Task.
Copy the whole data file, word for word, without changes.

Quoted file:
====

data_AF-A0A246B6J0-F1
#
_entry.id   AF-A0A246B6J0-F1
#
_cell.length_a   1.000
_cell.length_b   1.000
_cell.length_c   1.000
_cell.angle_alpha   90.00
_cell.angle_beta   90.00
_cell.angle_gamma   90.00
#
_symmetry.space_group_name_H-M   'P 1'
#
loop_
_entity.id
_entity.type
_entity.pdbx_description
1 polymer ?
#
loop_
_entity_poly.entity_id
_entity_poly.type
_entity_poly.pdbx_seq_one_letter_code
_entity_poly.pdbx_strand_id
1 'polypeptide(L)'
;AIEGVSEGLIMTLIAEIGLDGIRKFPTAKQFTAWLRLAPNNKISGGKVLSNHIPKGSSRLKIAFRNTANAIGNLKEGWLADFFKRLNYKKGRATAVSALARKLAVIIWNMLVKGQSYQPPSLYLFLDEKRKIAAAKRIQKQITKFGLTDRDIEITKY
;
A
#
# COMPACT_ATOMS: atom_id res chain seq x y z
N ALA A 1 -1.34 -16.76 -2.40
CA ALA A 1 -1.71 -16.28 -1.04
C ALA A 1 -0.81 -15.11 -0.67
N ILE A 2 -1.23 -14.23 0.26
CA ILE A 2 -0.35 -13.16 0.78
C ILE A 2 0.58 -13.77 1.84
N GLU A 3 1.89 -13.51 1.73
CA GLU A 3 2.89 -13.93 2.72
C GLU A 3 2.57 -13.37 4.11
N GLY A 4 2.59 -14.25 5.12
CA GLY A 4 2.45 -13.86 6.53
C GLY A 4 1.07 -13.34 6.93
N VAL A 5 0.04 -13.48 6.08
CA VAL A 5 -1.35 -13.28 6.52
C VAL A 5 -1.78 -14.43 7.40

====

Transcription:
data_AF-A0A246B6J0-F1
#
_entry.id   AF-A0A246B6J0-F1
#
_cell.length_a   1.000
_cell.length_b   1.000
_cell.length_c   1.000
_cell.angle_alpha   90.00
_cell.angle_beta   90.00
_cell.angle_gamma   90.00
#
_symmetry.space_group_name_H-M   'P 1'
#
loop_
_entity.id
_entity.type
_entity.pdbx_description
1 polymer ?
#
loop_
_entity_poly.entity_id
_entity_poly.type
_entity_poly.pdbx_seq_one_letter_code
_entity_poly.pdbx_strand_id
1 'polypeptide(L)'
;AIEGVSEGLIMTLIAEIGLDGIRKFPTAKQFTAWLRLAPNNKISGGKVLSNHIPKGSSRLKIAFRNTANAIGNLKEGWLADFFKRLNYKKGRATAVSALARKLAVIIWNMLVKGQSYQPPSLYLFLDEKRKIAAAKRIQKQITKFGLTDRDIEITKY
;
A
#
# COMPACT_ATOMS: atom_id res chain seq x y z
N ALA A 1 -1.34 -16.76 -2.40
CA ALA A 1 -1.71 -16.28 -1.04
C ALA A 1 -0.81 -15.11 -0.67
N ILE A 2 -1.23 -14.23 0.26
CA ILE A 2 -0.35 -13.16 0.78
C ILE A 2 0.58 -13.77 1.84
N GLU A 3 1.89 -13.51 1.73
CA GLU A 3 2.89 -13.93 2.72
C GLU A 3 2.57 -13.37 4.11
N GLY A 4 2.59 -14.25 5.12
CA GLY A 4 2.45 -13.86 6.53
C GLY A 4 1.07 -13.34 6.93
N VAL A 5 0.04 -13.48 6.08
CA VAL A 5 -1.35 -13.28 6.52
C VAL A 5 -1.78 -14.43 7.40